Wait, wait, wait! It’s gets better. So much better. After a gang of us special needs parents decided at last year’s BlogHer that we badly needed a special needs panel this coming year, several (many?) of us submitted ideas for such a panel.

And there is such a panel!! Right there, first panel of the conference Friday morning:

Blogging Autism: Shattering Myths, Opening Eyes and Finding Your Tribe Autism is both more out in the open than it has ever been before and more shrouded in myths and mystery. Come learn and share your stories about how blogging contributes to the autism community as a source of support and outlet for parents, as a way for those not dealing directly with autism to gain more insight and sensitivity and as a tool for advocacy and activism.

The phenomenal panel will be led by the lovely, charismatic, inspirational, and oh-so-smart Shannon Des Roches Rosa (you know, Squid), who will be moderating. I know, right? Awesome. I don’t know who most of the other people on the panel are, but I do know one: ME!

I’m kinda both excited out of my mind and freaking out beyond belief. Also? I’m relatively sure that I will burst into tears at some point.

I AM pretty excited about getting up there and accidentally spewing out something wildly inappropriate. For instance, introducing myself as, “Hey, motherfuckers! I’m Stimey!” Because now that the phrase is in my head, it’s going to be really hard to keep it inside there, where it belongs.

I know that a lot of you special needs friends out there are going to BlogHer this year. I am so excited to meet/re-meet/jump all over you. It is an honor beyond words that I get to sit up there in front of you.

Now I just have to think of something worthwhile to say.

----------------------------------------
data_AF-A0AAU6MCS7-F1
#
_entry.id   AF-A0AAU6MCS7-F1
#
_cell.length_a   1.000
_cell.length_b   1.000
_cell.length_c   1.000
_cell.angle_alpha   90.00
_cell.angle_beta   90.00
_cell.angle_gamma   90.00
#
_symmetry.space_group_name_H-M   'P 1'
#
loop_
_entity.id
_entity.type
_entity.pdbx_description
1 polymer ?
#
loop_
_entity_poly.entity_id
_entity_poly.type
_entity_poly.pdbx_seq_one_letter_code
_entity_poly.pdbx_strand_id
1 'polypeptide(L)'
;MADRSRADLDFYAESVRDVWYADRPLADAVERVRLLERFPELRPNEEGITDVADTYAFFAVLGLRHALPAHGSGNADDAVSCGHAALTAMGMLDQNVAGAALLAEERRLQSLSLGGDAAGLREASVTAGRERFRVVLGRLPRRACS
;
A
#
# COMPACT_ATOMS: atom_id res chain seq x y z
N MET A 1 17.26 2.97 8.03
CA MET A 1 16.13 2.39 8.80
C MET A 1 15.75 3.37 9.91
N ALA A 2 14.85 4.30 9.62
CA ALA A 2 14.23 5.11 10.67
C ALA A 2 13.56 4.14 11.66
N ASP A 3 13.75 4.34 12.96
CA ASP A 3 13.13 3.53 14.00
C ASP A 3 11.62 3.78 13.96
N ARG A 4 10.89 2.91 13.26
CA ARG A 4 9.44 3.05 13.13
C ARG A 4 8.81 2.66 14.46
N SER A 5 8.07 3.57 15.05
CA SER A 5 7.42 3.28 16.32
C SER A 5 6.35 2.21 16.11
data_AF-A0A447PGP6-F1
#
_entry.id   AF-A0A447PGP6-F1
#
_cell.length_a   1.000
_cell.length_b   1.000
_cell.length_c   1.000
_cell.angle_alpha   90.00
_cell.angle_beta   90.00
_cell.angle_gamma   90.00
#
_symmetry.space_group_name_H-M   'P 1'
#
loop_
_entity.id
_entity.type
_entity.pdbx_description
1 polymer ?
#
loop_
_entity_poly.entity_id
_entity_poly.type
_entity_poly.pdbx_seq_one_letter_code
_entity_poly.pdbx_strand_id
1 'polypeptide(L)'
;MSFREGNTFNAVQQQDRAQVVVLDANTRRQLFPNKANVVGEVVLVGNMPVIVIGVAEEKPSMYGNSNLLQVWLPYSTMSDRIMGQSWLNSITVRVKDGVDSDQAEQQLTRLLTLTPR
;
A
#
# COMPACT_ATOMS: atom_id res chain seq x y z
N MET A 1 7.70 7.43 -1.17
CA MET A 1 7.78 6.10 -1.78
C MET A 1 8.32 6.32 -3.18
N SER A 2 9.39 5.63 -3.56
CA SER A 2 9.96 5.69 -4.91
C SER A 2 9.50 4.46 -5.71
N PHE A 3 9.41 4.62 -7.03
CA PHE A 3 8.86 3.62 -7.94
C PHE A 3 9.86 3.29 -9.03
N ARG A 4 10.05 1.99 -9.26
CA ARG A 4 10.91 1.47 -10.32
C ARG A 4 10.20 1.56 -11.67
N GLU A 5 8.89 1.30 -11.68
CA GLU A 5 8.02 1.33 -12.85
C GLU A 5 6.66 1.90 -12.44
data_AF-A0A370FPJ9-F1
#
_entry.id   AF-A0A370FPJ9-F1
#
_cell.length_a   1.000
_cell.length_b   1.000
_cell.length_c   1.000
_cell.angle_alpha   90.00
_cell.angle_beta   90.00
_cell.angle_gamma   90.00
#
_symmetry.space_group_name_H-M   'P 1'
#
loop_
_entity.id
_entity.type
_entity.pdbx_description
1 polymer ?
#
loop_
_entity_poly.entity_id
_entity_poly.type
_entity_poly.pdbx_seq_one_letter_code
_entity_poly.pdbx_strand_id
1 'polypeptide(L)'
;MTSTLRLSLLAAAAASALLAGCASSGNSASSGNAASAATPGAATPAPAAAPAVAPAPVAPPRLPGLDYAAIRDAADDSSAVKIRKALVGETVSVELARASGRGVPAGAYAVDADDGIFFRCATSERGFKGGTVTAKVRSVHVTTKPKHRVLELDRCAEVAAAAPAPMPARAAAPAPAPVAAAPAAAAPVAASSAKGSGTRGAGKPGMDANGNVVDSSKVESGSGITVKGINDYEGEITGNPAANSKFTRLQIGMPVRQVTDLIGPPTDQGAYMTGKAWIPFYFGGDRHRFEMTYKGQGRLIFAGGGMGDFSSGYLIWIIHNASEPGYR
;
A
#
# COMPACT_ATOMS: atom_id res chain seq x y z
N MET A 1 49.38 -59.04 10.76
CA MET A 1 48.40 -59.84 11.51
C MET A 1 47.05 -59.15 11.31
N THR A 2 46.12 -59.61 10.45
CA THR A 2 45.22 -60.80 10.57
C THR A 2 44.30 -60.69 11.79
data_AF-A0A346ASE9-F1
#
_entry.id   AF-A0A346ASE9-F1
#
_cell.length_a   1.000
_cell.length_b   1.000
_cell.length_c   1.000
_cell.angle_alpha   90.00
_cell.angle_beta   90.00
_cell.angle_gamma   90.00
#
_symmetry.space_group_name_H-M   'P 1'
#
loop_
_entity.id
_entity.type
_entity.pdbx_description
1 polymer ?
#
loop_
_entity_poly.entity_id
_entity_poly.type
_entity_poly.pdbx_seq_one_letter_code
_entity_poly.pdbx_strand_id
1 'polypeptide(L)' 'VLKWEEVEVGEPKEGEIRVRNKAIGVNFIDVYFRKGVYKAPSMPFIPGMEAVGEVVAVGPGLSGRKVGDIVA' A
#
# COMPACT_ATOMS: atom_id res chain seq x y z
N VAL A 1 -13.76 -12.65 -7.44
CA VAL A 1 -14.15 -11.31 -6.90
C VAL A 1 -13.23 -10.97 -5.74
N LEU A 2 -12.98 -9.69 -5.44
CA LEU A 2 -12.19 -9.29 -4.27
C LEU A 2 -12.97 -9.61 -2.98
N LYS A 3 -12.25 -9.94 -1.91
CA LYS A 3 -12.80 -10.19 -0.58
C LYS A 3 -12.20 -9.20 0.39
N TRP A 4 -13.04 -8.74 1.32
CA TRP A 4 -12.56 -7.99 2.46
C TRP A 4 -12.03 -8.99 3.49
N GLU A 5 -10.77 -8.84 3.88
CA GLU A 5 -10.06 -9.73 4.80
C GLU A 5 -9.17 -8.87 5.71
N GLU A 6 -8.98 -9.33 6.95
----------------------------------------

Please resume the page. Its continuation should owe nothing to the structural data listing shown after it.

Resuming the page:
Autism Unexpected: Learning to Trust in Myself

WHEATON, Maryland—I have faced so many crossroads when it comes to my autistic son, Jack. At each of these crossroads, I have let others’ opinions cast doubt on how I felt and what I thought he needed. I have finally realized and learned to act on the assumption that Iknow what is best for Jack.

When Jack was two and I first talked to pediatrician about his development, the doctor asked me, “Do you have a feeling about him?”

I will always respect that doctor for asking that question and for acknowledging mother’s instinct. But not everyone does.

When I thought Jack needed early intervention, the county early intervention team said he didn’t. When they told me that he was probably slow to speak because he was a second child and a boy, I trusted them.

When, at three, I suspected he was autistic, I had teachers, therapists, and more county professionals tell me I was wrong. I trusted them less, and I found a doctor who was willing to really look at my child. Turns out I was right. Jack is autistic. And you’d be hard pressed to find a professional who works with him these days who would say different.

When I was meeting with Jack’s team to determine his services for kindergarten, his preschool special education team told me he didn’t need much support. By this time, I’d learned to not blindly trust the experts. I pushed for substantial services. We got far more than they originally planned on offering, but we didn’t get enough because I didn’t entirely trust myself and push as hard as I needed to.

When Jack was in kindergarten, he struggled every single day. I thought he needed a one-to-one aide. Although everyone who worked daily with Jack agreed with me, the people with the power turned us down. My husband and I ended up hiring an attorney and an educational consultant to fight for what we thought he needed. Along the way, I had moments of doubt.

I worried that maybe the naysayers in the meeting were right. Maybe Jack didn’t need a designated aide. Maybe we were throwing money away. Knowing by this point that I should trust in myself, I sought validation from his teachers and aides, and they gave it to me. With their help, I trusted in myself, and we ended up with most, but not all, of what he needed. And I don’t think anyone at the school would suggest that he doesn’t need that extra help.